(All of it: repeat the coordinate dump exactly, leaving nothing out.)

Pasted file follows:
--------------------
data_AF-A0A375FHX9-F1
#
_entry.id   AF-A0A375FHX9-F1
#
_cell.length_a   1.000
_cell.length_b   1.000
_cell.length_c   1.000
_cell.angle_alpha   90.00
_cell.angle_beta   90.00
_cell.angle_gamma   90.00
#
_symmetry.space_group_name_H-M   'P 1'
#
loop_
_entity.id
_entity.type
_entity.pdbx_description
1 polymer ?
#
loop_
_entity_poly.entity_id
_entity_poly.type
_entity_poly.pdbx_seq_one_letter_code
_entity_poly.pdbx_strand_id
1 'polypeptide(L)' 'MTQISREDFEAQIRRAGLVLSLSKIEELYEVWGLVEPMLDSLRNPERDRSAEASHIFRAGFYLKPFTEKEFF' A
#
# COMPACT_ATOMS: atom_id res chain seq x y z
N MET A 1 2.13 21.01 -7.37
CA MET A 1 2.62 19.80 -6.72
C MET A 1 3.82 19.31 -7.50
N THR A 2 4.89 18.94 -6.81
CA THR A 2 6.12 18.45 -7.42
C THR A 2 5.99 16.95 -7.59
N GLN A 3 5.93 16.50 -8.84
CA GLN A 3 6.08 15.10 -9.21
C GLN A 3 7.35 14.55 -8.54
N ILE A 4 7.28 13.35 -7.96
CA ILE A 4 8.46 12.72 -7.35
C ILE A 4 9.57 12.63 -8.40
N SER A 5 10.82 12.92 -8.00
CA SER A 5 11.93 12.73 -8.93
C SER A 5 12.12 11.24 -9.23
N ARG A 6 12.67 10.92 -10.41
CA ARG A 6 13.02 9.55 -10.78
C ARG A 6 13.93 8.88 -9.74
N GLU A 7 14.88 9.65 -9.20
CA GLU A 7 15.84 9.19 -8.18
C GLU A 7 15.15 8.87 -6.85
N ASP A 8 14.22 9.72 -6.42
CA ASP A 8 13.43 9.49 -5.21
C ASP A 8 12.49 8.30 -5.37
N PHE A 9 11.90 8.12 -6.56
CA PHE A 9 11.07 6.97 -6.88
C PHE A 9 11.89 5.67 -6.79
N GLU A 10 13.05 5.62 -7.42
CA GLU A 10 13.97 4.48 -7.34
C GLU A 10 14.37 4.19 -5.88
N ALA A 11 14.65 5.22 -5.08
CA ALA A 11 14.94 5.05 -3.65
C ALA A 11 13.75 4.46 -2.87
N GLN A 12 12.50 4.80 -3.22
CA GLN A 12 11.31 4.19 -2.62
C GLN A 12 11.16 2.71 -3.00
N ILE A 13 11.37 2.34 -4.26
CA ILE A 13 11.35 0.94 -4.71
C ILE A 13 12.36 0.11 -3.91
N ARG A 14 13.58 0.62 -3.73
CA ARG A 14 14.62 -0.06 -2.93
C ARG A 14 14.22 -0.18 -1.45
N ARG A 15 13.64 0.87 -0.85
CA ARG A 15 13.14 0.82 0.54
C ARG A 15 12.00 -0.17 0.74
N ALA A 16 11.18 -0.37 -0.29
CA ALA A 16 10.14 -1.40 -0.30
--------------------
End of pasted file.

data_AF-A0A375FHX9-F1
#
_entry.id   AF-A0A375FHX9-F1
#
_cell.length_a   1.000
_cell.length_b   1.000
_cell.length_c   1.000
_cell.angle_alpha   90.00
_cell.angle_beta   90.00
_cell.angle_gamma   90.00
#
_symmetry.space_group_name_H-M   'P 1'
#
loop_
_entity.id
_entity.type
_entity.pdbx_description
1 polymer ?
#
loop_
_entity_poly.entity_id
_entity_poly.type
_entity_poly.pdbx_seq_one_letter_code
_entity_poly.pdbx_strand_id
1 'polypeptide(L)' 'MTQISREDFEAQIRRAGLVLSLSKIEELYEVWGLVEPMLDSLRNPERDRSAEASHIFRAGFYLKPFTEKEFF' A
#
# COMPACT_ATOMS: atom_id res chain seq x y z
N MET A 1 2.13 21.01 -7.37
CA MET A 1 2.62 19.80 -6.72
C MET A 1 3.82 19.31 -7.50
N THR A 2 4.89 18.94 -6.81
CA THR A 2 6.12 18.45 -7.42
C THR A 2 5.99 16.95 -7.59
N GLN A 3 5.93 16.50 -8.84
CA GLN A 3 6.08 15.10 -9.21
C GLN A 3 7.35 14.55 -8.54
N ILE A 4 7.28 13.35 -7.96
CA ILE A 4 8.46 12.72 -7.35
C ILE A 4 9.57 12.63 -8.40
N SER A 5 10.82 12.92 -8.00
CA SER A 5 11.93 12.73 -8.93
C SER A 5 12.12 11.24 -9.23
N ARG A 6 12.67 10.92 -10.41
CA ARG A 6 13.02 9.55 -10.78
C ARG A 6 13.93 8.88 -9.74
N GLU A 7 14.88 9.65 -9.20
CA GLU A 7 15.84 9.19 -8.18
C GLU A 7 15.15 8.87 -6.85
N ASP A 8 14.22 9.72 -6.42
CA ASP A 8 13.43 9.49 -5.21
C ASP A 8 12.49 8.30 -5.37
N PHE A 9 11.90 8.12 -6.56
CA PHE A 9 11.07 6.97 -6.88
C PHE A 9 11.89 5.67 -6.79
N GLU A 10 13.05 5.62 -7.42
CA GLU A 10 13.97 4.48 -7.34
C GLU A 10 14.37 4.19 -5.88
N ALA A 11 14.65 5.22 -5.08
CA ALA A 11 14.94 5.05 -3.65
C ALA A 11 13.75 4.46 -2.87
N GLN A 12 12.50 4.80 -3.22
CA GLN A 12 11.31 4.19 -2.62
C GLN A 12 11.16 2.71 -3.00
N ILE A 13 11.37 2.34 -4.26
CA ILE A 13 11.35 0.94 -4.71
C ILE A 13 12.36 0.11 -3.91
N ARG A 14 13.58 0.62 -3.73
CA ARG A 14 14.62 -0.06 -2.93
C ARG A 14 14.22 -0.18 -1.45
N ARG A 15 13.64 0.87 -0.85
CA ARG A 15 13.14 0.82 0.54
C ARG A 15 12.00 -0.17 0.74
N ALA A 16 11.18 -0.37 -0.29
CA ALA A 16 10.14 -1.40 -0.30